Claudia Alexander. Credit: Courtesy of NASA/JPL-Caltech
Claudia Alexander. Credit: Courtesy of NASA/JPL-Caltech

Claudia Alexander, who oversaw the dramatic conclusion of the Galileo mission to Jupiter and was the NASA project scientist for the international comet-chasing Rosetta project, died of breast cancer on 11 July 2015. She was 56.

Claudia was born in Vancouver, British Columbia, Canada, on 30 May 1959. The family moved to Northern California when she was 1 year old, and she grew up in Santa Clara. Her father, Harold Alexander, was a social worker, and her mother, Gaynelle, was a corporate librarian for chipmaker Intel.

Early Life as a Space Science Student

Claudia wanted to study journalism at the University of California, Berkeley (UC Berkeley), but her parents “would only agree to pay for it if I majored in something ‘useful,’ like engineering,” she once said in an interview. During college, she became an engineering intern at NASA’s Ames Research Center. She found herself drawn to the space facility and visited it as often as she could. Her supervisor eventually arranged for her to intern in the space science division. She went on to earn a bachelor’s degree in geophysics at UC Berkeley in 1983 and a master’s in geophysics and space physics at UC Los Angeles in 1985. After earning her master’s degree, she joined NASA’s Jet Propulsion Laboratory (JPL) as an instrument representative for the Near Infrared Mapping Spectrometer of the Galileo mission.

She found herself drawn to the space facility and visited it as often as she could.

In 1988, she enrolled in the doctoral program in space and planetary physics at the University of Michigan, Ann Arbor, where she worked on thermophysical modeling of cometary nuclei under my guidance. In 1993, she defended her Ph.D. thesis and returned to JPL, where she continued her research on comets and the early history of the solar system.

Role Model for Young Women Scientists

At Michigan, she was also very active in student life. She was lighthearted, an instigator of many jokes, and had great success imitating my heavy Hungarian accent. In her more serious moments, she initiated high-impact outreach efforts to underprivileged and underrepresented groups. She worked extensively with inner city students in Detroit and helped many young women to finish school. Some were motivated enough by Claudia to attend institutions of higher learning. She was particularly enthusiastic about working with young women of color and becoming a role model for the next generation.

Her efforts were recognized and appreciated at Michigan. In 1992, she was named University of Michigan Woman of the Year in Human Relations. She continued to have a strong relationship with the university over the years, and in 2002, she earned the Department of Atmospheric, Oceanic and Space Sciences (AOSS) Alumni Merit Award. She also served on the AOSS National Advisory Board. In 2007, her uncle, Jiles Williams, established the Claudia Alexander Scholarship for undergraduate students at Michigan.

Leading the Galileo and Rosetta Missions

During her 3 decades at NASA JPL, she served as the last project manager of Galileo, one of the most successful missions for exploring the distant reaches of the solar system. Claudia was leading the mission when scientists orchestrated its death dive into Jupiter’s dense atmosphere in 2003, when the spacecraft finally ran out of fuel after 8 years orbiting the giant planet. Her leadership resulted in major new discoveries about the upper layers of Jupiter’s atmosphere, including its composition and dynamics.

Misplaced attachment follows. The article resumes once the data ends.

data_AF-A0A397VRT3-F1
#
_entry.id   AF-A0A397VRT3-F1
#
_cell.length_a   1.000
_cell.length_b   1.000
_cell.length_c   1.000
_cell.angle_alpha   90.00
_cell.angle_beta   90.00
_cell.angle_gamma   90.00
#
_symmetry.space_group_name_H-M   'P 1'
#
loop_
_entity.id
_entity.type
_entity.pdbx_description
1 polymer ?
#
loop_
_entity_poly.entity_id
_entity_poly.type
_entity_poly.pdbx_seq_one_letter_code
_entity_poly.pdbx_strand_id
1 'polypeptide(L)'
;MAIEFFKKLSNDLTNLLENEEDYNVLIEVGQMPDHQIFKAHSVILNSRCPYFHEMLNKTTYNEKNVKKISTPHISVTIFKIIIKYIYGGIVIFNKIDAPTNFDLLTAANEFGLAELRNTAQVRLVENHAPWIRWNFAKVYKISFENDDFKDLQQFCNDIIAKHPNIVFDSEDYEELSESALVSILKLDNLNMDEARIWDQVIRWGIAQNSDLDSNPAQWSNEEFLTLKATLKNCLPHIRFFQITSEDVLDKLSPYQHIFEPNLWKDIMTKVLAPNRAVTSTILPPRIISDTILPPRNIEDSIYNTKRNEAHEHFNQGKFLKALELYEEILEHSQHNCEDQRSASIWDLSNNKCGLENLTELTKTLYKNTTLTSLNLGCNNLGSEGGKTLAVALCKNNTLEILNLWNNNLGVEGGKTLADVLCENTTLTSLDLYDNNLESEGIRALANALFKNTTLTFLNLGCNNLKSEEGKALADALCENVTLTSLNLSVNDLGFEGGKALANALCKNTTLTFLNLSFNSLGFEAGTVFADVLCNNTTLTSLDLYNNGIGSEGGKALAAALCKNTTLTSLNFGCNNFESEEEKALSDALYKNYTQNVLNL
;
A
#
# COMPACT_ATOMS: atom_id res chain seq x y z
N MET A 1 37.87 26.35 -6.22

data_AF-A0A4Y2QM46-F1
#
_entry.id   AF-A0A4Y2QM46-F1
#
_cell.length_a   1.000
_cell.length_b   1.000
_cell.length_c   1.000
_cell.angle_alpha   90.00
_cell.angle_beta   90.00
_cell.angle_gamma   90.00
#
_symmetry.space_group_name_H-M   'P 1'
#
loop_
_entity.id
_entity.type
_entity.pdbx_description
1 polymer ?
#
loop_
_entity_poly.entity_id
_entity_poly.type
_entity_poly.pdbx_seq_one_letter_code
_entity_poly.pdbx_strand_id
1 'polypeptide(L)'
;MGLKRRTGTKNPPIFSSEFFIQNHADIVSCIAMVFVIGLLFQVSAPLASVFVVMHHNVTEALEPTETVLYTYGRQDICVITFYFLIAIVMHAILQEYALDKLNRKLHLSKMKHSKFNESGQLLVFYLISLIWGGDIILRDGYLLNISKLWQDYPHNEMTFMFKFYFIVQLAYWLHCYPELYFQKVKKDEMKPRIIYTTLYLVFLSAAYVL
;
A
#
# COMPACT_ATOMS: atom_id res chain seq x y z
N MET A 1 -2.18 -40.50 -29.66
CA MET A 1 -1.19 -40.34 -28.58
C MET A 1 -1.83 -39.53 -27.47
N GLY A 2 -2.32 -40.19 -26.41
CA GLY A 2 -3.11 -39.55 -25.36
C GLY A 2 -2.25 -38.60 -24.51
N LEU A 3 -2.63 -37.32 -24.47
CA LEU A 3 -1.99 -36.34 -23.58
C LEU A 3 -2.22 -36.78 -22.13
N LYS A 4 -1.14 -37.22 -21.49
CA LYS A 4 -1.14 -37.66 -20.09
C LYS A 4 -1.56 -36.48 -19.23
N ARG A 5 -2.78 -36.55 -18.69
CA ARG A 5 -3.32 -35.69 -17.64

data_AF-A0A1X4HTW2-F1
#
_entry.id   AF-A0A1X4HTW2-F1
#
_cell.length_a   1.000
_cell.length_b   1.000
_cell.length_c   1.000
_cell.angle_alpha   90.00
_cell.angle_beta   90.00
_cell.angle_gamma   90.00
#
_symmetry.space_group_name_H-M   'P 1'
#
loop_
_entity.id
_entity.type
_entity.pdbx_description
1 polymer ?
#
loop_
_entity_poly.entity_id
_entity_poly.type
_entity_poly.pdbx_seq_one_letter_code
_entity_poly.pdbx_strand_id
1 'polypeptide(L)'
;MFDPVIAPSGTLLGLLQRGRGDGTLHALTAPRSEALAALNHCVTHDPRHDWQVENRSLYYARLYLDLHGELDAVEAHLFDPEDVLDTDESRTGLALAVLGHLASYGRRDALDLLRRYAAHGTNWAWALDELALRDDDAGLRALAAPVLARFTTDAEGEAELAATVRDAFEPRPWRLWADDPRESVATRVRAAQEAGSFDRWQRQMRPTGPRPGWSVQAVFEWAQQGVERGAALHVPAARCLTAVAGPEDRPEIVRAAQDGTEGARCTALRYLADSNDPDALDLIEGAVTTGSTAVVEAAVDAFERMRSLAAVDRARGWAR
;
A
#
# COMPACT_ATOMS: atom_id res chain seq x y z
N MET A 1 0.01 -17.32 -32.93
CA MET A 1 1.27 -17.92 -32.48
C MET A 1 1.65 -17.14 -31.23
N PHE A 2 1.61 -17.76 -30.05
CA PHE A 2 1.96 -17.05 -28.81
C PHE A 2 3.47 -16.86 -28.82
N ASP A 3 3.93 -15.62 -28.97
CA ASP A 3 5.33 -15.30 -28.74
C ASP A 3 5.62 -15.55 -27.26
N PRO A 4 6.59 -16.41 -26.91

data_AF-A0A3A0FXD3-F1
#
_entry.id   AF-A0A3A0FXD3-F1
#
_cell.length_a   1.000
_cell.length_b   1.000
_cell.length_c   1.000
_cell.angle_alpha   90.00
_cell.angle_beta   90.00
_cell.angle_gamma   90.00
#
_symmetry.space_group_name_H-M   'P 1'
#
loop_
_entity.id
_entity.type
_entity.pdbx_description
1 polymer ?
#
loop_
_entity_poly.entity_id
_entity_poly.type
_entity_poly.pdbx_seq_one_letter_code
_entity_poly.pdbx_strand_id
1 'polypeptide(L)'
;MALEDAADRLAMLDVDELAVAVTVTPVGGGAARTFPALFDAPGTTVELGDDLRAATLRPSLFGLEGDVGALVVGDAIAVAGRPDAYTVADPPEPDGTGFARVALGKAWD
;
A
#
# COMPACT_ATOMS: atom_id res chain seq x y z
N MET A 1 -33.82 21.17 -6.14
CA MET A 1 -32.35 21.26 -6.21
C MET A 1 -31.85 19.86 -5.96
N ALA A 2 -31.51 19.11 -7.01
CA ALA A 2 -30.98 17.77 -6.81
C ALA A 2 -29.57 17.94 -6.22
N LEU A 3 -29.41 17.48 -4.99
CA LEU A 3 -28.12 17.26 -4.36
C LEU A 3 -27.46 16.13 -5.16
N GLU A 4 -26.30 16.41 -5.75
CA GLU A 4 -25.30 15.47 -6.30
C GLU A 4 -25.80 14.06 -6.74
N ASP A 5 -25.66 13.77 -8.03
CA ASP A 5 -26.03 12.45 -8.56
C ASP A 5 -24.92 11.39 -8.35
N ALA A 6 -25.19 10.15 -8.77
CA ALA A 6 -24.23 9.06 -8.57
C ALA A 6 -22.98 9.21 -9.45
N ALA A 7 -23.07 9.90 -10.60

Beginning in 1998, she was Rosetta’s U.S. project scientist, and for an extended period of time, she also served as project manager, coordinating with the European Space Agency on the orbiter’s journey to rendezvous with the 67P/Churyumov-Gerasimenko comet as it circled the Sun. She played a critical role in integrating the disparate science team into a coherent science enterprise, and she led the effort to relate Rosetta’s observations to our understanding of the formation of our solar system.

In her spare time, Claudia wrote two books on science for children and mentored young people, especially African American girls.

In her spare time, Claudia wrote two books on science for children and mentored young people, especially African American girls. On the U.S. Rosetta mission’s webpage, she wrote, “Throughout school I was one of few women in class and didn’t feel very feminine talking my way through engineering applications like dam or bridge building. At that time there were few female role models to give me a vision of myself as a professional engineer. I wasn’t feeling very validated, which played hugely into my self-esteem at the time. But I stuck with it. When I was a senior in undergraduate school, a professor nudged me into a senior project on Earth’s carbon cycle. It turned out great. He was really pleased and pretty much got me into graduate school. It was a case of a professor believing in me. Fifteen years later, I was chosen to be the project scientist on Rosetta, a lifelong dream, and my life has never been the same!”

We mourn the loss of Dr. Claudia Alexander, a dedicated scientist, inspiring role model, and one of the nicest people I ever had the pleasure of working with.

—Tamas I. Gombosi, University of Michigan, Ann Arbor; email:

Citation: Gombosi, Tamas I. (2016), Claudia Joan Alexander (1959–2015), Eos, 97, doi:10.1o29/2016EO043367. Published on 12 January 2016.

Text © 2016. The authors. CC BY-NC 3.0
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